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EFHK
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Revision as of 08:23, 2 July 2020

Airport
ICAO: EFHK
Summary
Name Helsinki/Vantaa
Region Europe
Territory Finland FI.gif
Location Helsinki, Finland
Serving
Coordinates 60° 19' 0.00" N, 24° 58' 20.00" E
Runways
Designator Length Width Surface ROPS
04L/22R 3060 m10,039.37 ft
60 m196.85 ft
ASP yes/yes
04R/22L 3440 m11,286.089 ft
60 m196.85 ft
ASP yes/yes
15/33 2901 m9,517.717 ft
60 m196.85 ft
ASP yes/yes


METAR
Observation EFHK 150120Z 24003KT 9999 BKN012 13/13 Q1014 BECMG BKN008
Station Helsinki-Vantaa
Date/Time 15 August 2020 01:20:00
Wind direction 240°
Wind speed 03 kts
Lowest cloud amount broken clouds
Temperature 13°C
Dew point 13°C
Humidity 100%
QNH 1014 hPa
Weather condition n/a


Helsinki/Vantaa Airport

ICAO: EFHK IATA: HEL

Description

International airport serving capital city of Finland.

Climatology

Humid Continental climate (Köppen climate classification Dfb) - Variable weather patterns and a large seasonal temperature variance. Summers are often warm and humid with frequent thunderstorms and winters can be very cold with frequent snowfall and persistent snow cover.

Maps

Terrain

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Airport Layout

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Accidents & Serious Incidents at or in vicinity of EFHK

  • A320/E190/B712, vicinity Helsinki Finland, 2013 (On 6 February 2013, ATC mismanagement of an Airbus A320 instructed to go around resulted in loss of separation in IMC against the Embraer 190 ahead which was obliged to initiate a go around when no landing clearance had been issued due to a Boeing 737-800 still on the runway after landing. Further ATC mismanagement then resulted in a second IMC loss of separation between the Embraer 190 and a Boeing 717 which had just take off from the parallel runway. Controller response to the STCA Alerts generated was found to be inadequate and ANSP procedures in need of improvement.)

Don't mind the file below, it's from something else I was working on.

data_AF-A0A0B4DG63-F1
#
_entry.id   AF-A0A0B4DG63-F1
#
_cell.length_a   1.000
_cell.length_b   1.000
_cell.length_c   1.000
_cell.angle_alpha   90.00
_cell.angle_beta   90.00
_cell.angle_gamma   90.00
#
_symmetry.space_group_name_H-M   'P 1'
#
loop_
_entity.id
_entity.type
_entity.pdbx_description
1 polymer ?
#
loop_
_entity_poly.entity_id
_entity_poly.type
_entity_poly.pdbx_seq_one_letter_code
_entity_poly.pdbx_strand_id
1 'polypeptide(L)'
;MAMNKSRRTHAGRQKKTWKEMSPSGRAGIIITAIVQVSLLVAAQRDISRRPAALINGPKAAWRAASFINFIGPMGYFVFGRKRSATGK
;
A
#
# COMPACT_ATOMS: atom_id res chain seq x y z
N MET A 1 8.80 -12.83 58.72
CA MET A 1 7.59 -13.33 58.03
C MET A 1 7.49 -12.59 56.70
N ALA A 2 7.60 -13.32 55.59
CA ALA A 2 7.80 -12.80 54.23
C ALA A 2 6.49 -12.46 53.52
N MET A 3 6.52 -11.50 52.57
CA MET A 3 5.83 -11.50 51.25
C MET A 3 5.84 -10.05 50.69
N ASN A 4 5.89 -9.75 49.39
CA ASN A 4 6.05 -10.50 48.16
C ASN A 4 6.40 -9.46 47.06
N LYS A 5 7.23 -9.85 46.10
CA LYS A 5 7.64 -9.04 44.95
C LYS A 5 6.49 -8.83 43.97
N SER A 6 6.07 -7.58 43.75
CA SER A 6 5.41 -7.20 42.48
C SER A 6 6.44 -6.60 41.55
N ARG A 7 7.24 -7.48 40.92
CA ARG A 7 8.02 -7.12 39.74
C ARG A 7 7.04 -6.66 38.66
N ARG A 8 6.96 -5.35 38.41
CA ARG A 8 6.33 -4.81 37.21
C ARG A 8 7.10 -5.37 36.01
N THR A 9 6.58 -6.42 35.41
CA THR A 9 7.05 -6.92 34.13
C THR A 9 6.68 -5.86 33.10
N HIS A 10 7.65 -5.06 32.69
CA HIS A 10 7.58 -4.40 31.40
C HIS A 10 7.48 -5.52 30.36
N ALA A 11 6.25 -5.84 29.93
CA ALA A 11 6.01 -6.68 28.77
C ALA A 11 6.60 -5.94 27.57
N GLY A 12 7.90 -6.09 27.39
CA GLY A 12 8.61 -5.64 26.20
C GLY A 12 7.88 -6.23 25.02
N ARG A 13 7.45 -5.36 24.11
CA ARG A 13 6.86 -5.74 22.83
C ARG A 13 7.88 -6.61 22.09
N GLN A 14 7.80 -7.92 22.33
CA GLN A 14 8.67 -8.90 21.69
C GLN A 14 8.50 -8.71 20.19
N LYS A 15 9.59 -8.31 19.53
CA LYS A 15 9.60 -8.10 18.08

• A343, Helsinki Finland, 2009 (On 22 June 2009, an Airbus A340-300 being operated by Finnair suffered a single tyre failure during take off on a scheduled passenger flight to Helsinki and malfunction assessed as consequential by the flight crew occurred to the hydraulic system. The flight proceeded to destination and carried out a daylight landing there in normal visibility without any further aircraft damage. Because of a further deterioration in the status of the aircraft hydraulic systems during the landing roll, the aircraft was stopped on the runway and then towed into the gate. No persons were injured in this incident.)
  • AT72, Helsinki Finland, 2012 (On 19 August 2012, the crew of a Flybe Finland ATR 72-200 approaching Helsinki failed to respond appropriately to a fault which limited rudder travel and were then unable to maintain directional control after touchdown with a veer off the runway then following. It was concluded that as well as prioritising a continued approach over properly dealing with the annunciated caution, crew technical knowledge in respect of the fault encountered had been poor and related training inadequate. Deficiencies found in relevant aircraft manufacturer operating documentation were considered to have been a significant factor and Safety Recommendations were made accordingly.)
  • ATP, Helsinki Finland, 2010 (On 11 January 2010, a British Aerospace ATP crew attempting to take off from Helsinki after a two-step airframe de/anti icing treatment (Type 2 and Type 4 fluids) were unable to rotate and the take off was successfully rejected from above V1. The Investigation found that thickened de/anti ice fluid residues had frozen in the gap between the leading edge of the elevator and the horizontal stabiliser and that there had been many other similarly-caused occurrences to aircraft without powered flying controls. There was concern that use of such thickened de/anti ice fluids was not directly covered by safety regulation.)
  • B38M, Helsinki Finland, 2019 (On 18 January 2019, two aircraft taxiing for departure at Helsinki were cleared to cross the landing runway between two landing aircraft. Landing clearance for the second was given once the crossing traffic had cleared as it passed 400 feet in expectation that the previous landing aircraft would also shortly be clear. However, the first landing aircraft was slower than expected clearing the runway and so the second was instructed to go-around but did not then do so because this instruction was lost in the radar height countdown below 50 feet and the runway was seen clear before touchdown.)

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